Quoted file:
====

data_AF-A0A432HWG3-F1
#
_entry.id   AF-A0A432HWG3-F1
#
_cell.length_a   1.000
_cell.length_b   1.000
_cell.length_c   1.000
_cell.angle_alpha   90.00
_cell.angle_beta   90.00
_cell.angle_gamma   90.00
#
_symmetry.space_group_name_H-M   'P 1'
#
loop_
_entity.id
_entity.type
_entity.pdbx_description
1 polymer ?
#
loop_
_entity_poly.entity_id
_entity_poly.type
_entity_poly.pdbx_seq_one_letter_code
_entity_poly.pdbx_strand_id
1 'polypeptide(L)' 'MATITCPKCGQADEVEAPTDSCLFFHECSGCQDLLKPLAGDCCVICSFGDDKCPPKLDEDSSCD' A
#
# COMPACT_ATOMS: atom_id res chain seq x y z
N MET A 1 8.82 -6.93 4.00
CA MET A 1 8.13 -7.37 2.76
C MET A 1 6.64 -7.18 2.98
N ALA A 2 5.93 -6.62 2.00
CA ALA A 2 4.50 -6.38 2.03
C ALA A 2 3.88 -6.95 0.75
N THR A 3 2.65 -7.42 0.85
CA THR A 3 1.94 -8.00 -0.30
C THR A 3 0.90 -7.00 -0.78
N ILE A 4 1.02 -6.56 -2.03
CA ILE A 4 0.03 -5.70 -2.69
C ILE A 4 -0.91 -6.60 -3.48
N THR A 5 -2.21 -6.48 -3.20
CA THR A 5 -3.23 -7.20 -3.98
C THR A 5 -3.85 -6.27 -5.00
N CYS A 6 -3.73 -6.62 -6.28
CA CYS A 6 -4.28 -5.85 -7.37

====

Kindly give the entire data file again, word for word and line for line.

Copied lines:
data_AF-A0A432HWG3-F1
#
_entry.id   AF-A0A432HWG3-F1
#
_cell.length_a   1.000
_cell.length_b   1.000
_cell.length_c   1.000
_cell.angle_alpha   90.00
_cell.angle_beta   90.00
_cell.angle_gamma   90.00
#
_symmetry.space_group_name_H-M   'P 1'
#
loop_
_entity.id
_entity.type
_entity.pdbx_description
1 polymer ?
#
loop_
_entity_poly.entity_id
_entity_poly.type
_entity_poly.pdbx_seq_one_letter_code
_entity_poly.pdbx_strand_id
1 'polypeptide(L)' 'MATITCPKCGQADEVEAPTDSCLFFHECSGCQDLLKPLAGDCCVICSFGDDKCPPKLDEDSSCD' A
#
# COMPACT_ATOMS: atom_id res chain seq x y z
N MET A 1 8.82 -6.93 4.00
CA MET A 1 8.13 -7.37 2.76
C MET A 1 6.64 -7.18 2.98
N ALA A 2 5.93 -6.62 2.00
CA ALA A 2 4.50 -6.38 2.03
C ALA A 2 3.88 -6.95 0.75
N THR A 3 2.65 -7.42 0.85
CA THR A 3 1.94 -8.00 -0.30
C THR A 3 0.90 -7.00 -0.78
N ILE A 4 1.02 -6.56 -2.03
CA ILE A 4 0.03 -5.70 -2.69
C ILE A 4 -0.91 -6.60 -3.48
N THR A 5 -2.21 -6.48 -3.20
CA THR A 5 -3.23 -7.20 -3.98
C THR A 5 -3.85 -6.27 -5.00
N CYS A 6 -3.73 -6.62 -6.28
CA CYS A 6 -4.28 -5.85 -7.37